Investigations of degradation in LNT catalysts systems: from noble metal to novel perovskite materials
University of Kansas
Chemical & Petroleum Engineering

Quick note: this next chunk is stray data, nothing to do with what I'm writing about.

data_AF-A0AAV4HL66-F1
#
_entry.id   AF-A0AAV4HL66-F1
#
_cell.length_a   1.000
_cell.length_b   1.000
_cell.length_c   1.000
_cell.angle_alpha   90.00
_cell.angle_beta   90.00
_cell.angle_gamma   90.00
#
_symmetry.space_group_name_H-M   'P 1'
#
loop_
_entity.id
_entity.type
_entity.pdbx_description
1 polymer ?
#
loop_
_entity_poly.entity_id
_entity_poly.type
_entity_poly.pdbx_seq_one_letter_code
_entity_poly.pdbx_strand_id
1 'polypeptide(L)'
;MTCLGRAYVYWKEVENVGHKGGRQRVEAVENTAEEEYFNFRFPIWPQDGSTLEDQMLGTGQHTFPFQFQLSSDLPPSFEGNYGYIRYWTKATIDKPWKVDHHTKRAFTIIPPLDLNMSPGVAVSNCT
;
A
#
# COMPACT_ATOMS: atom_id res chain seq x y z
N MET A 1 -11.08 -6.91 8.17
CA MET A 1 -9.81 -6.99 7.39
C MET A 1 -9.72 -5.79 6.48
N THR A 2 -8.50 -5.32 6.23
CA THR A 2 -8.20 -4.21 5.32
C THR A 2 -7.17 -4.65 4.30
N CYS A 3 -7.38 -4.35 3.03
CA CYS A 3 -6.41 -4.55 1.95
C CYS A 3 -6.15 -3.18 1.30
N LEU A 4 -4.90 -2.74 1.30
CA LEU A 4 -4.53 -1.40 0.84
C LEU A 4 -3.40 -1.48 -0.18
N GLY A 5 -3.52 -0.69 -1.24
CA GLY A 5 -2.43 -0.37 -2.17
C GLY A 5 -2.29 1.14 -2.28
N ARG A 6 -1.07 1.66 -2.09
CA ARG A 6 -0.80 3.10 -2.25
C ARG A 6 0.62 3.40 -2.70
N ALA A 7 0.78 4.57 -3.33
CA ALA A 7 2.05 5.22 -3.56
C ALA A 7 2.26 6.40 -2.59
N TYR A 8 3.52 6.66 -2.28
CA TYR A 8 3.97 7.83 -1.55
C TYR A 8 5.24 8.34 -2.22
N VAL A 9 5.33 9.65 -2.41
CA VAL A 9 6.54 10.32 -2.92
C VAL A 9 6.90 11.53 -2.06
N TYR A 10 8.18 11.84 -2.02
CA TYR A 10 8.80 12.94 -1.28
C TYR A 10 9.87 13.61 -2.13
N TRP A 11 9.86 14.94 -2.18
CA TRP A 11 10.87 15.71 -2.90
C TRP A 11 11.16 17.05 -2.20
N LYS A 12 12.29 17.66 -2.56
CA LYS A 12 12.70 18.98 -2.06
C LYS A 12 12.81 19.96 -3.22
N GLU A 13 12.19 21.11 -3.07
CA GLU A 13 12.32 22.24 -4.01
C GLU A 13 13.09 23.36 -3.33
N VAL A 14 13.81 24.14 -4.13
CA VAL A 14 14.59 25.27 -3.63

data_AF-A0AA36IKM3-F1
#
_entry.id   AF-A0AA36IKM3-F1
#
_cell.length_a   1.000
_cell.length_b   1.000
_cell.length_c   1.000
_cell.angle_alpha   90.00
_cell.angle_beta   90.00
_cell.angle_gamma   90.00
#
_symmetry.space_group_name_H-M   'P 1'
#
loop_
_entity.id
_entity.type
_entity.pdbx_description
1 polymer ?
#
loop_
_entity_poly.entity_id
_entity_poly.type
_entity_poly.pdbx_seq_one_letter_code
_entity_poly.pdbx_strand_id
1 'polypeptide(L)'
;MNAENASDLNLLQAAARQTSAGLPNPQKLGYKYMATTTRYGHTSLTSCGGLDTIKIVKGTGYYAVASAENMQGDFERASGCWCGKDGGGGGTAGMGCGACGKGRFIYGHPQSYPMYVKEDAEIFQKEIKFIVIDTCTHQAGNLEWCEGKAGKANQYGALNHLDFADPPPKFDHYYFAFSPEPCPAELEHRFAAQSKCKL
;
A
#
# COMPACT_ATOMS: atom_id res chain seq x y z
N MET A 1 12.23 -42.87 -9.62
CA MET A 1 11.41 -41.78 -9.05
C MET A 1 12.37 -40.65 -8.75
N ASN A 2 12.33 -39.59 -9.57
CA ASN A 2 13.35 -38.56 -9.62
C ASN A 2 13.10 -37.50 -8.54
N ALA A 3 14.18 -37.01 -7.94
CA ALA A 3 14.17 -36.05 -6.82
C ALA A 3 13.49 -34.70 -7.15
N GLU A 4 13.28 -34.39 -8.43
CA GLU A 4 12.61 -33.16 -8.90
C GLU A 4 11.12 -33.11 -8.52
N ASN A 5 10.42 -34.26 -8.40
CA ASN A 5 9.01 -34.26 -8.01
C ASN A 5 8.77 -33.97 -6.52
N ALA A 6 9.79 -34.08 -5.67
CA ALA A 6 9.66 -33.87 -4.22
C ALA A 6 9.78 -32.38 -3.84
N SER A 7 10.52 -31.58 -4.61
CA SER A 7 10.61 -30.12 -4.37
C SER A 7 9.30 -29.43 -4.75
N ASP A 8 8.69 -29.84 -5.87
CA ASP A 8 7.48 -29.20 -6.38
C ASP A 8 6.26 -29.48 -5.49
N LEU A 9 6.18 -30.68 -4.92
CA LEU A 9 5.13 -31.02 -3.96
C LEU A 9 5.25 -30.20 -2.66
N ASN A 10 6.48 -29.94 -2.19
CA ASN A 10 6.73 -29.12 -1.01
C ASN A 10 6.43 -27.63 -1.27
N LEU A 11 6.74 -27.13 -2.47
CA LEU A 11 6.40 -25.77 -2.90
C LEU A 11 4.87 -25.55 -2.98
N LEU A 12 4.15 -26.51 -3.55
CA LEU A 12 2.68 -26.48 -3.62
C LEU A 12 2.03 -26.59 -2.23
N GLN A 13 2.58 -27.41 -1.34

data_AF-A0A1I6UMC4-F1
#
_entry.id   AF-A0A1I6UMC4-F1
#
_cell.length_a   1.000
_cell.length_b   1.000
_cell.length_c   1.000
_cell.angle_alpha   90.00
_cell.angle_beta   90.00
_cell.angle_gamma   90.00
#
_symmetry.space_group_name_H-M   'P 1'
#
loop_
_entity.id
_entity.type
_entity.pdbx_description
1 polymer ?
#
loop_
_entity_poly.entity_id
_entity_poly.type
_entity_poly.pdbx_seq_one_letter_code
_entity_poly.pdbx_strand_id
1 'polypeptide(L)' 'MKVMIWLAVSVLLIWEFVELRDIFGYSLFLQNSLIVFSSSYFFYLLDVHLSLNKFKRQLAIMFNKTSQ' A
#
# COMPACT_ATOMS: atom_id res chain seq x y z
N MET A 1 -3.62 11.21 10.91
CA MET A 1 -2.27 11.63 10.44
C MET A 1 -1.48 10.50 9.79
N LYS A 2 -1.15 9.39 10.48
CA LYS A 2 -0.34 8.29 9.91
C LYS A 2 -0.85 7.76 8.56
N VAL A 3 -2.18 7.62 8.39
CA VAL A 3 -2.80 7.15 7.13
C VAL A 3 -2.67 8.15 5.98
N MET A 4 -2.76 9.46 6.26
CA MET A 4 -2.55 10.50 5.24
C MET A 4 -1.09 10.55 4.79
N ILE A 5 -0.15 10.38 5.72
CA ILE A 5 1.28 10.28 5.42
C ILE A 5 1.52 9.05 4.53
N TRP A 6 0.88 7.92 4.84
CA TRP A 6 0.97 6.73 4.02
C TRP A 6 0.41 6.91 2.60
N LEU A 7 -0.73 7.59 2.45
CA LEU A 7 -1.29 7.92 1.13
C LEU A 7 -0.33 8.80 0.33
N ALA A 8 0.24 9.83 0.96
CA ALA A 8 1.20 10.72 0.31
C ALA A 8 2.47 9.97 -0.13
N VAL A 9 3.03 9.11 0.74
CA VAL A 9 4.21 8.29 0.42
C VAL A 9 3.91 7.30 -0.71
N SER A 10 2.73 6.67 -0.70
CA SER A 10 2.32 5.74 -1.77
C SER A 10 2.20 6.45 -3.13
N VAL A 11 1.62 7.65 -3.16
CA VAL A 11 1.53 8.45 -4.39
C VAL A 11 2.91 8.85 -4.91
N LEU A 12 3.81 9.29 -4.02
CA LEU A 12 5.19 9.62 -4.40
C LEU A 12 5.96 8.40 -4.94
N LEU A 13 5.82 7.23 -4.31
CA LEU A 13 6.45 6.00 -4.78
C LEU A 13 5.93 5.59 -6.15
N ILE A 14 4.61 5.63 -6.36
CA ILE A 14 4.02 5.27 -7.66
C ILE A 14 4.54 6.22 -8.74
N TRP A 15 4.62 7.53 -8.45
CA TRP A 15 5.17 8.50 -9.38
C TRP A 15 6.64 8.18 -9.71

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The reduction in emissions from mobile and stationary sources has become a global priority. With the impacts of global warming already being felt, all avenues for reduction in greenhouse gas emissions are being investigated. Proposed miles per gallon standards of 54.5 MPG by 2025 have made increased engine efficiency a priority for all auto manufacturers. Lean-burn diesel engines are one potential strategy to reach the MPG targets, however current automotive catalysts struggle to reduce NO¬x emission in the oxidative environments of lean-burn diesel engines. Lean NOx trap (LNT) catalysis is an ideal approach to reducing NO¬x in oxidative environments. LNT catalysts are similar to traditional three-way catalysts in that they are inserted directly into engine exhausts and require no additional reductant systems. These catalysts can be improved by investigation into the specific catalytic components. Platinum serves to oxidize NO, facilitates NOx storage, and reduce NOx. Barium stores NOx during lean phase operation, and common additives such as cerium improve tolerance to chemical thermal and physical degradation. As catalysts formulations are changed it is extremely important to understand how these catalysts will perform over the lifetime of operation. The following work has taken a systematic approach to investigating aging characteristics of LNT catalysts, from simplistic noble metal alumina supported materials, to novel platinum free ceramic catalysts. A global kinetic model has been developed, and through the implementation of adaptive kinetic parameters, degradation of NO oxidation has been accurately modeled with changes in noble metal morphology. Investigations into aging of Pt/Ba/Al2O3 and Pt/Ba/Ce/Al2O3 have shown that NO oxidation profiles change substantially with thermal aging and that both the oxidation state and particle size of Pt affects conversion. Investigation of NOx storage over Pt/Ba/Ce/Al2O3 after thermal aging have shown that thermal aging induces formation of BaAl2O4 at aging temperatures as low as 600ºC and small amounts of BaAl2O4 can promote storage. Finally, a Pt-free LaSrCoO3¬ catalyst has been shown to both oxidize and store NOx but was unable to perform NOx reduction. The work lays the foundation for investigations of non-platinic perovskites catalysts which represent the next generation of LNT catalysts.
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